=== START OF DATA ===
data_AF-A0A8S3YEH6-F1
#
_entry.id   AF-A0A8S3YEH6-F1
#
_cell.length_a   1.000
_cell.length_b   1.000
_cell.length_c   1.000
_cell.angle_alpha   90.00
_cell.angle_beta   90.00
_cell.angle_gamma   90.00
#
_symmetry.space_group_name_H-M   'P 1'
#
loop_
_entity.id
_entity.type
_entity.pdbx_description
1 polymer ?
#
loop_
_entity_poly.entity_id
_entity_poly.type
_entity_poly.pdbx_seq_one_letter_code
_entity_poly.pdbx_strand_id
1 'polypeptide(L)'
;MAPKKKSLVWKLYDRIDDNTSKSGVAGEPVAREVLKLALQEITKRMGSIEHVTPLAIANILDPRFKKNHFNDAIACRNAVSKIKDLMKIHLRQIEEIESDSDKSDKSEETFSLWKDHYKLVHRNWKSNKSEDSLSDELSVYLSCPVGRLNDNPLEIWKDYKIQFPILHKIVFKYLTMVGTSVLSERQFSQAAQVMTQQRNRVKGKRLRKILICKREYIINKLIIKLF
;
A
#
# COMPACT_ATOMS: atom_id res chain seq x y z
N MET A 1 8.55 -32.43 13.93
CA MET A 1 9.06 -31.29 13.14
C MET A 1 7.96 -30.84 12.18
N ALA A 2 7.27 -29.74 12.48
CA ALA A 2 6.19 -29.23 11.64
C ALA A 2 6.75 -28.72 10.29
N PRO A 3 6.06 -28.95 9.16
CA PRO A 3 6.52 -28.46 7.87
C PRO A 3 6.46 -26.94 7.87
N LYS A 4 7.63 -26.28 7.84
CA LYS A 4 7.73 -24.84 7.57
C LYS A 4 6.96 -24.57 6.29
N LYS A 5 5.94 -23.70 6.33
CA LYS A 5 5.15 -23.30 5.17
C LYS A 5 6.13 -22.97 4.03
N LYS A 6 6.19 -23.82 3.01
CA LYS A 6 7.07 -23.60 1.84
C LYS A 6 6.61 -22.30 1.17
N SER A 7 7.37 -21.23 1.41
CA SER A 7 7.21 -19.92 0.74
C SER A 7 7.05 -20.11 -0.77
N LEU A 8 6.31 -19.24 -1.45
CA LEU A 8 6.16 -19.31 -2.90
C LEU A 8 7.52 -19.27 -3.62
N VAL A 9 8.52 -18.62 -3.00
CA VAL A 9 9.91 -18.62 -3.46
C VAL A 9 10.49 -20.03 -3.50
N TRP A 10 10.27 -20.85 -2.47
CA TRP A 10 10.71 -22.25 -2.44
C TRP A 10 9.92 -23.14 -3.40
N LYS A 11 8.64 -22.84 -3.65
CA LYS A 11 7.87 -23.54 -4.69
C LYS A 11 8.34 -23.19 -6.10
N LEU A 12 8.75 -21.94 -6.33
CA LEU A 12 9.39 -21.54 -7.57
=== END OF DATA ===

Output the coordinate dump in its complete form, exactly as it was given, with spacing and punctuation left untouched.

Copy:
data_AF-A0A8S3YEH6-F1
#
_entry.id   AF-A0A8S3YEH6-F1
#
_cell.length_a   1.000
_cell.length_b   1.000
_cell.length_c   1.000
_cell.angle_alpha   90.00
_cell.angle_beta   90.00
_cell.angle_gamma   90.00
#
_symmetry.space_group_name_H-M   'P 1'
#
loop_
_entity.id
_entity.type
_entity.pdbx_description
1 polymer ?
#
loop_
_entity_poly.entity_id
_entity_poly.type
_entity_poly.pdbx_seq_one_letter_code
_entity_poly.pdbx_strand_id
1 'polypeptide(L)'
;MAPKKKSLVWKLYDRIDDNTSKSGVAGEPVAREVLKLALQEITKRMGSIEHVTPLAIANILDPRFKKNHFNDAIACRNAVSKIKDLMKIHLRQIEEIESDSDKSDKSEETFSLWKDHYKLVHRNWKSNKSEDSLSDELSVYLSCPVGRLNDNPLEIWKDYKIQFPILHKIVFKYLTMVGTSVLSERQFSQAAQVMTQQRNRVKGKRLRKILICKREYIINKLIIKLF
;
A
#
# COMPACT_ATOMS: atom_id res chain seq x y z
N MET A 1 8.55 -32.43 13.93
CA MET A 1 9.06 -31.29 13.14
C MET A 1 7.96 -30.84 12.18
N ALA A 2 7.27 -29.74 12.48
CA ALA A 2 6.19 -29.23 11.64
C ALA A 2 6.75 -28.72 10.29
N PRO A 3 6.06 -28.95 9.16
CA PRO A 3 6.52 -28.46 7.87
C PRO A 3 6.46 -26.94 7.87
N LYS A 4 7.63 -26.28 7.84
CA LYS A 4 7.73 -24.84 7.57
C LYS A 4 6.96 -24.57 6.29
N LYS A 5 5.94 -23.70 6.33
CA LYS A 5 5.15 -23.30 5.17
C LYS A 5 6.13 -22.97 4.03
N LYS A 6 6.19 -23.82 3.01
CA LYS A 6 7.07 -23.60 1.84
C LYS A 6 6.61 -22.30 1.17
N SER A 7 7.37 -21.23 1.41
CA SER A 7 7.21 -19.92 0.74
C SER A 7 7.05 -20.11 -0.77
N LEU A 8 6.31 -19.24 -1.45
CA LEU A 8 6.16 -19.31 -2.90
C LEU A 8 7.52 -19.27 -3.62
N VAL A 9 8.52 -18.62 -3.00
CA VAL A 9 9.91 -18.62 -3.46
C VAL A 9 10.49 -20.03 -3.50
N TRP A 10 10.27 -20.85 -2.47
CA TRP A 10 10.71 -22.25 -2.44
C TRP A 10 9.92 -23.14 -3.40
N LYS A 11 8.64 -22.84 -3.65
CA LYS A 11 7.87 -23.54 -4.69
C LYS A 11 8.34 -23.19 -6.10
N LEU A 12 8.75 -21.94 -6.33
CA LEU A 12 9.39 -21.54 -7.57